Steps down into the water
    • Took a cable car to the top of Mount Srd, which overlooks Dubrovnik. From the top, you have this incredible view of all of Old Town and the surrounding water - it looks so cute, this tiny little city surrounded very clearly by huge gray walls on all sides. From the top of the mountain, you can see all the little Dalmatian islands and all down the coast, as well as east into Bosnia & Herzegovina.
    Cable car riding to the top

    Top of Mt. Srd (btw, how is is possible there are no vowels in that word??)

    The only reason I took this photo is to show you that selfie stick usage is totally normal

    Dubrovnik city, maybe with a filter thrown in
    • Both nights, David and I met such fun people - the first night we hung out with this lovely doctor couple from Ireland that were so sweet and hilarious (how can you sound like you're from Harry Potter AND be doctors AND also be funny??? Life; not fair sometimes); and the next night, I met two girls from the States, Jess and Brie, and invited them out to drinks with us.  Our second night included local shots of honey whiskey (it seriously kind of tastes like liquid honey, none of that Jack Daniels honey stuff they always try and push in the US), a beer tower, tuxedo bibs, and street yoga.

    Night 1: my favorite Irish doctor couple ever. They were so, so great

    The main street at night, after all the tourists are gone

    Night 2: Jess and Bri and....tuxedo bibs! The best.

    After dark yoga on the main street, totally normal

    Fun Facts of the Day:
    • There are always tiny pickles in the prosciutto sandwiches here and it’s kind of brilliant. This fact is supported by the embarrassing amount of prosciutto sandwiches I've had here
    • While Croatia has a to-die-for gorgeous coastline, most of the land along the sea is rocky - therefore, the beaches don’t have sand: they’re either just sheer rock faces, or are full of rocks & pebbles on the shore. So it's not a lying-on-the-sand-on-the-beach kind of experience.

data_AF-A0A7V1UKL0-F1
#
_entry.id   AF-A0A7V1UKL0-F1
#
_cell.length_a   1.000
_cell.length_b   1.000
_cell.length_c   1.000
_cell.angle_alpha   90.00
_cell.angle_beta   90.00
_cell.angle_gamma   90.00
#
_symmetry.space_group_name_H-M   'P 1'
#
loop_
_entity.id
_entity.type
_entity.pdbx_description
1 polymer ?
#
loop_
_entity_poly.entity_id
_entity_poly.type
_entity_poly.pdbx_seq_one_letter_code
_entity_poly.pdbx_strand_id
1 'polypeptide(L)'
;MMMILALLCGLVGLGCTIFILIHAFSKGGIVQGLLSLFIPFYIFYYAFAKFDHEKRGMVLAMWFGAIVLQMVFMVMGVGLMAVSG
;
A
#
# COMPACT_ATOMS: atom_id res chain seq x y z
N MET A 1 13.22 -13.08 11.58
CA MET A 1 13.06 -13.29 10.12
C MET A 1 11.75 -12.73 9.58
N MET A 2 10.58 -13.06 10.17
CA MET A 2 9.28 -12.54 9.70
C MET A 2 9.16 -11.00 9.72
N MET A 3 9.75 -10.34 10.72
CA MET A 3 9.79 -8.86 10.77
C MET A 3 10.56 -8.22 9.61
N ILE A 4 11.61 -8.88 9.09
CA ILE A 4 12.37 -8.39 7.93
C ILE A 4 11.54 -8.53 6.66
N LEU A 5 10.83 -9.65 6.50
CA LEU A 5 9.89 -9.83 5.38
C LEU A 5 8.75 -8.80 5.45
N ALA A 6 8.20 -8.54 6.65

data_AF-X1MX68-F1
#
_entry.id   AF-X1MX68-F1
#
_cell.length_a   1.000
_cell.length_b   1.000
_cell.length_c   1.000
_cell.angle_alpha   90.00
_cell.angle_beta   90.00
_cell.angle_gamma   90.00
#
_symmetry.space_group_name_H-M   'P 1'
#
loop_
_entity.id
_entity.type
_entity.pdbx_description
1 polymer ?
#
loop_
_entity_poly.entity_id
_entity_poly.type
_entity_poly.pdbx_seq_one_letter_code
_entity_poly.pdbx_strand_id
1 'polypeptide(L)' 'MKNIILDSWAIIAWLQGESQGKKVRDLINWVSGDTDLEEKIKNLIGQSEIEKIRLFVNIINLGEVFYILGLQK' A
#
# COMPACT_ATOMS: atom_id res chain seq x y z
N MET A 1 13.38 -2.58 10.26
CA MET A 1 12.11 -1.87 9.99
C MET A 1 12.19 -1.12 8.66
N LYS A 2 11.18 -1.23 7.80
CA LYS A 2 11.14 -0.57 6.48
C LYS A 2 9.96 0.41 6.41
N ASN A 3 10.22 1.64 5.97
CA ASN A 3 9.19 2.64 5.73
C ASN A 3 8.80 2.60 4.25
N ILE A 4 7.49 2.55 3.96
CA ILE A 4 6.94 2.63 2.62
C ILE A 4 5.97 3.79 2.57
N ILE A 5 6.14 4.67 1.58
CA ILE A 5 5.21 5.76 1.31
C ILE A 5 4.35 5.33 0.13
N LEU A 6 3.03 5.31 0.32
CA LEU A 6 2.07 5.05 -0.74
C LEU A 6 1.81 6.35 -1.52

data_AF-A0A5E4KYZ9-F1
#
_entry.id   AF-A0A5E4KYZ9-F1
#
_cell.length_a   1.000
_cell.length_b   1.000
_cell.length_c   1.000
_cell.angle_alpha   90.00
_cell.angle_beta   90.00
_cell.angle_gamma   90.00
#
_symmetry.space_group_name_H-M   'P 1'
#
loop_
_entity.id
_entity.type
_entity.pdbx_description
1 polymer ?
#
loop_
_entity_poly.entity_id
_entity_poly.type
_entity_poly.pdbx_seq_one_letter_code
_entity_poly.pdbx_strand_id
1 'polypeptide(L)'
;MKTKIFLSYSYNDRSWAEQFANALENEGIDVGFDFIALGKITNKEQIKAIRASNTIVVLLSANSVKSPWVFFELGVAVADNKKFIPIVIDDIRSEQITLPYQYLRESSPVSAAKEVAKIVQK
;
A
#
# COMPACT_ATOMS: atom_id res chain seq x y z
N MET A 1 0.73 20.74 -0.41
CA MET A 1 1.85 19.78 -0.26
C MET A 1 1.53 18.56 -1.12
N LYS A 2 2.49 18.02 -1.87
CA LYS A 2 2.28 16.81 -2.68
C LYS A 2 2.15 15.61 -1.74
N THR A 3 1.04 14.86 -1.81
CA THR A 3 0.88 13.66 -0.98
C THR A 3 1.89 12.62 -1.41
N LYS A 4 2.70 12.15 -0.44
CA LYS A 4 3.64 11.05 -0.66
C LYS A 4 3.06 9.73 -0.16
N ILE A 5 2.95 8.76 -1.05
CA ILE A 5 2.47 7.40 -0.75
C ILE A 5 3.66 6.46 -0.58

• Game of Thrones everywhere. They really capitalize on the fact that much of the show is filmed here. I wish I made it past Season 2. Except I don't, because I apparently avoided watching everyone die.
    • As today is the last day of my Eastern Europe itinerary (cry), I will leave you with a gem Sunny sent me yesterday.  I like to keep a low profile while traveling and avoid looking like a tourist as much as possible - so I apparently look like this 80% of the time.

    Successfully not-looking-like-a-tourist on the streets of Zagreb. Killed it.

    Some Closing Thoughts:
    I can't believe I've finished my Eastern Europe leg.  The past 3.5 weeks have been nothing short of incredible, and it feels like it just flew by. At the same time, stepping onto that plane at JFK to start this trip feels like a lifetime ago. It's weird when every day is filled to the brim with adventures and things to do and see and eat, and all these people come in and out of your life from one day to another. It feels like I've lived three full lives in the amount of time that would have been just an ordinary month at work.  

    Additional reflections about life on the road to come at a later date.

    I absolutely love Eastern Europe: the amount of history, the fact that it still feels a little grittier than Western Europe (though many spots are pretty much on the beaten tourist path by now), the unexpected beauty, the richness in culture - and every step of the way, I've heard about a million more places here that I want to visit. How weird is it when a month, a period of time that would have been unheard-of extravagance to me last year, is suddenly not nearly enough time to see the things I want to?  Next time on my list: Montenegro, Poland, and Central Europe.  Can I rope Russia in there as well?

    Aaaaand I am now on a 6-hour delay in the Dubrovnik airport. How many more blog posts can I fit into this amount of time, do we think......